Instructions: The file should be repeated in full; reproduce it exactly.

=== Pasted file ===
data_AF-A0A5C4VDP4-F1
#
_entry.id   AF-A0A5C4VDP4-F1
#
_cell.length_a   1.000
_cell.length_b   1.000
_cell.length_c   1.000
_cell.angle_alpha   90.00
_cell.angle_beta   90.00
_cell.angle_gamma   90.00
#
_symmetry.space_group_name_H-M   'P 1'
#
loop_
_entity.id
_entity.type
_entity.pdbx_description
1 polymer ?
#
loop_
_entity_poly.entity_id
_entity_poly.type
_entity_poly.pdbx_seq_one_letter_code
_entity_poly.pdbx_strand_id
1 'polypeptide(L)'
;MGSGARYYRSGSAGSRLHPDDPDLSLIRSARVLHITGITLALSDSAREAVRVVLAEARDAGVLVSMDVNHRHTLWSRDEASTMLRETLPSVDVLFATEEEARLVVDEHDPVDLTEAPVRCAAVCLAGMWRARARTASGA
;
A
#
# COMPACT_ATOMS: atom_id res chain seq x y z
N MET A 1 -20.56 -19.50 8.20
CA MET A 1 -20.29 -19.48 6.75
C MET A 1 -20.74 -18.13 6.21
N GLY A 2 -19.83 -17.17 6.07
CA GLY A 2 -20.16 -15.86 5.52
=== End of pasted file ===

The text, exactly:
data_AF-A0A5C4VDP4-F1
#
_entry.id   AF-A0A5C4VDP4-F1
#
_cell.length_a   1.000
_cell.length_b   1.000
_cell.length_c   1.000
_cell.angle_alpha   90.00
_cell.angle_beta   90.00
_cell.angle_gamma   90.00
#
_symmetry.space_group_name_H-M   'P 1'
#
loop_
_entity.id
_entity.type
_entity.pdbx_description
1 polymer ?
#
loop_
_entity_poly.entity_id
_entity_poly.type
_entity_poly.pdbx_seq_one_letter_code
_entity_poly.pdbx_strand_id
1 'polypeptide(L)'
;MGSGARYYRSGSAGSRLHPDDPDLSLIRSARVLHITGITLALSDSAREAVRVVLAEARDAGVLVSMDVNHRHTLWSRDEASTMLRETLPSVDVLFATEEEARLVVDEHDPVDLTEAPVRCAAVCLAGMWRARARTASGA
;
A
#
# COMPACT_ATOMS: atom_id res chain seq x y z
N MET A 1 -20.56 -19.50 8.20
CA MET A 1 -20.29 -19.48 6.75
C MET A 1 -20.74 -18.13 6.21
N GLY A 2 -19.83 -17.17 6.07
CA GLY A 2 -20.16 -15.86 5.52